Metal screen protects this Bengaluru home by Kumar La Noce

Kumar La Noce designs JP House, a metal screen-clad, multigenerational home in Bengaluru, India

Metal screen-clad house
(Image credit: Vivek Muthuramalingam)

This metal screen-clad, multigenerational family home in Bengaluru, Karnataka, offers airy, functional and contemporary accomodation for an illustrator, their family unit and parents. JP House comprises two interconnected apartments; the uppermost hosts the client's unit, while the lower space is reserved for the grandparents. Designed by locally based architecture studio Kumar La Noce, the new-build house balances family warmth and a clean, almost industrial aesthetic infused with a minimalist architecture feel inside. 

Kumar La Noce, headed by Bhavana Kumar and Nicola La Noce, crafted a three-storey building to best cater to the extended family’s needs. The modern structure is unified by a light blue perforated ‘veil’ on the street side – a delicate and playful metal screen. Yet this element is not simply an aesthetic gesture. Its permeable nature helps regulate the heat, air and sunlight that flows into the interior, ensuring comfortable conditions for the residents.

Interior with green stairs at JP House Kumar La Noce Bangalore


(Image credit: Vivek Muthuramalingam)

Stepping indoors, a clean interior exudes confidence, in an overall hardwearing, utilitarian atmosphere. The material palette is composed of white walls, polished cement and a handful of carefully chosen, bespoke wooden details. A green painted master staircase matches the external skin tone and provides a pop of colour, alongside strategic, bright furniture pieces.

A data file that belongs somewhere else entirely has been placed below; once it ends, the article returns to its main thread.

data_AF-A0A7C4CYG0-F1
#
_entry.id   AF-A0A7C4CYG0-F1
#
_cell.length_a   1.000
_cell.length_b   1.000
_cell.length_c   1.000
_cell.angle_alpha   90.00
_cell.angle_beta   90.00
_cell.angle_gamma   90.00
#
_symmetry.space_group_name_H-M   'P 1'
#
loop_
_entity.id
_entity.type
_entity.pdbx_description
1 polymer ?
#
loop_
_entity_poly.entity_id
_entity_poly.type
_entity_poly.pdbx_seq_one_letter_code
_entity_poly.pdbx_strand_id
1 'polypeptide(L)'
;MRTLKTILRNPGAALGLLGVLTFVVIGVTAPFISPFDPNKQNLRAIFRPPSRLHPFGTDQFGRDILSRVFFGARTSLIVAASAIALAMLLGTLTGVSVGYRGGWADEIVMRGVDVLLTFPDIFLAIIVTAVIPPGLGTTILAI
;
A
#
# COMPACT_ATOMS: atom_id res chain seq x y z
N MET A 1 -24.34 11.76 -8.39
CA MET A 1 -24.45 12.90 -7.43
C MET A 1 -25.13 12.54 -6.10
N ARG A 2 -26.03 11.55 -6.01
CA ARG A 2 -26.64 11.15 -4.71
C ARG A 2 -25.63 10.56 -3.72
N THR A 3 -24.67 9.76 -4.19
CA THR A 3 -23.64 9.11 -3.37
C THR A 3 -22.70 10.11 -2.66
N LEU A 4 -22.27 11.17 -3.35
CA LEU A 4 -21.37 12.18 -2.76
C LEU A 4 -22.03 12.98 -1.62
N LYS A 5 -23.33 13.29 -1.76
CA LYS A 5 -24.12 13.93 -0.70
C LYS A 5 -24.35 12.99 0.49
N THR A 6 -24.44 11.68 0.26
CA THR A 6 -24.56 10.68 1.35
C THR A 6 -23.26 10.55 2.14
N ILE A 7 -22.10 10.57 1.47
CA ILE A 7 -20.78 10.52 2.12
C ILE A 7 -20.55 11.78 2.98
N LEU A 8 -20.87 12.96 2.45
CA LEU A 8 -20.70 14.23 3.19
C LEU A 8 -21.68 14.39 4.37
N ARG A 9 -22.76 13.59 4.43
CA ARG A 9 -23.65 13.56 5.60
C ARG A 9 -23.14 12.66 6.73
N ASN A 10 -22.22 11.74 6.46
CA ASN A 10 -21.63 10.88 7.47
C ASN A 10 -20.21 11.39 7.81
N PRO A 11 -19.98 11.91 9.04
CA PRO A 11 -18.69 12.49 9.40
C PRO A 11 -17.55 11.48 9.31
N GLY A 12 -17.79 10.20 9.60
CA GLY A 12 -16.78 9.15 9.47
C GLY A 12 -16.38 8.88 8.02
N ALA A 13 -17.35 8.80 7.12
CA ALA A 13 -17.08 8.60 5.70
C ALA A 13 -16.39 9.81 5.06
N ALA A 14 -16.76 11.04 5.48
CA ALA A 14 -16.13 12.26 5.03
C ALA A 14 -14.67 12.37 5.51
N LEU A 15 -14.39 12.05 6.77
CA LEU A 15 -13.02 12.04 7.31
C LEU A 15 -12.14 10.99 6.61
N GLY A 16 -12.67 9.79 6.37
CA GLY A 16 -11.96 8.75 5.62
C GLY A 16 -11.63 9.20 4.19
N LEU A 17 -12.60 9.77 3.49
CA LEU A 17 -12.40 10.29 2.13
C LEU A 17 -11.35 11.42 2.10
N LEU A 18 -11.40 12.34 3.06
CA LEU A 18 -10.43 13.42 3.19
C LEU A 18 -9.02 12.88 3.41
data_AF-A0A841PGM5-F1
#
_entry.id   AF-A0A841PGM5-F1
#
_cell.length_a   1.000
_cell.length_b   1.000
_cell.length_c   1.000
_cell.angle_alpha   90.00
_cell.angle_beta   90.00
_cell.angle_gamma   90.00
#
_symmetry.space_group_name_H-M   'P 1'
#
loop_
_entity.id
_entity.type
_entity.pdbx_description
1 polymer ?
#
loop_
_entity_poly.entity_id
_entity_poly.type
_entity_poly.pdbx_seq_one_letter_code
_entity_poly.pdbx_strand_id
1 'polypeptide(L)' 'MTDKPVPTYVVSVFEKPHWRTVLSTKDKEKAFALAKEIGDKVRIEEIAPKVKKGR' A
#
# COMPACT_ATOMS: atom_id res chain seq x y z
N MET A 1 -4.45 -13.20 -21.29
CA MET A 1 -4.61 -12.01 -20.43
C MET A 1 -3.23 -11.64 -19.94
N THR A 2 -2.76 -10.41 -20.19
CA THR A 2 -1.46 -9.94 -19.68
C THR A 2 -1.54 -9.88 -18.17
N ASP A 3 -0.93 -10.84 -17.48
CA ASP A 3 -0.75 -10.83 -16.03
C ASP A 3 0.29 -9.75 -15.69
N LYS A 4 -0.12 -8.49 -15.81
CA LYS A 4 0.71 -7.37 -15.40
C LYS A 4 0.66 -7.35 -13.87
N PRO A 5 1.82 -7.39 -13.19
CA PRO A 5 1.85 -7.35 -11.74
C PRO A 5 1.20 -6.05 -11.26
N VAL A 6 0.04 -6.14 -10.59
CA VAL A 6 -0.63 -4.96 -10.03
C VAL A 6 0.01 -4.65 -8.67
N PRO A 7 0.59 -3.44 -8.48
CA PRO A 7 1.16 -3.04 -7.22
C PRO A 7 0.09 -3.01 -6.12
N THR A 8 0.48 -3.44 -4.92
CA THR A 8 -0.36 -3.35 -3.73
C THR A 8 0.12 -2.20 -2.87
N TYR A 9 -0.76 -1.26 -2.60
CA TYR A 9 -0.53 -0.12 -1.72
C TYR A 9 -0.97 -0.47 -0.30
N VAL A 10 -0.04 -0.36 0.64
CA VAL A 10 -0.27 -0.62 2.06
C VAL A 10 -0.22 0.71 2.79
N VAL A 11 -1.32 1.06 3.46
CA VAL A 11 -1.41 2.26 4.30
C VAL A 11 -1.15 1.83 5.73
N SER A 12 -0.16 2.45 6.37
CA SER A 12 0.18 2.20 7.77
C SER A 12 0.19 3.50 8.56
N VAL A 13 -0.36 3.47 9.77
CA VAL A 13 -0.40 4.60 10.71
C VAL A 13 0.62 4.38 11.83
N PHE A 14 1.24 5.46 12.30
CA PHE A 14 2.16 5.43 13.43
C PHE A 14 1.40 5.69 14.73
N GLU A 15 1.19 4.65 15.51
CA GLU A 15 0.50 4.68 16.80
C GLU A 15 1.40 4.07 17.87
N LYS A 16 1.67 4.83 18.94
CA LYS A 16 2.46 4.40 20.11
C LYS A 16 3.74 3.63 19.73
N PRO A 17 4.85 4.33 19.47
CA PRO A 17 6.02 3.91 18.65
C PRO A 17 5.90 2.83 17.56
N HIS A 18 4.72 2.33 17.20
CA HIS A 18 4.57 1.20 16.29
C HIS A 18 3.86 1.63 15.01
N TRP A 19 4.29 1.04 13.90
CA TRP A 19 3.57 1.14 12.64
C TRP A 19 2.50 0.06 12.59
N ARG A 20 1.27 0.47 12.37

Inside and outside merge behind the metal façade through open-air yet protected balconies that run along the front, which also allow for close appreciation of this key architectural feature. ‘The perforated metal façade is envisioned as a “filigree”; it incorporates simple but sophisticated detailing to retain lightness, while using readily available metal sections,’ the architects explain. ‘The custom screen system was realised through a close collaboration with a fabricator, who has a passion for detail in metal working. An exercise in balancing performance with minimal, essential and rugged detailing, craft plays a role here as much as engineering.’

Balancing Bengaluru’s hot climate, neighbours’ views and a tight urban site, JP House’s design is simple, yet effective, offering spatial luxury through smart architecture and relatively inexpensive materials.

Riksha on road behind house


(Image credit: Vivek Muthuramalingam)

Wooden Sofa with yellow cushion in The house

(Image credit: Vivek Muthuramalingam)

Metal screen-clad balcony, Girl watching outside

(Image credit: Vivek Muthuramalingam)

Hall path touched with balcony Area and glass slidding

(Image credit: Vivek Muthuramalingam)

Wooden Sofa in hall touched with metal screen-clad

(Image credit: Vivek Muthuramalingam)

Front view of House.

(Image credit: Vivek Muthuramalingam)

INFORMATION

kumarlanoce.com

Ellie Stathaki is the Architecture Editor at Wallpaper*. She trained as an architect at the Aristotle University of Thessaloniki in Greece and studied architectural history at the Bartlett in London. Now an established journalist, she has been a member of the Wallpaper* team since 2006, visiting buildings across the globe and interviewing leading architects such as Tadao Ando and Rem Koolhaas. Ellie has also taken part in judging panels, moderated events, curated shows and contributed in books, such as The Contemporary House (Thames & Hudson, 2018) and Glenn Sestig Architecture Diary (2020).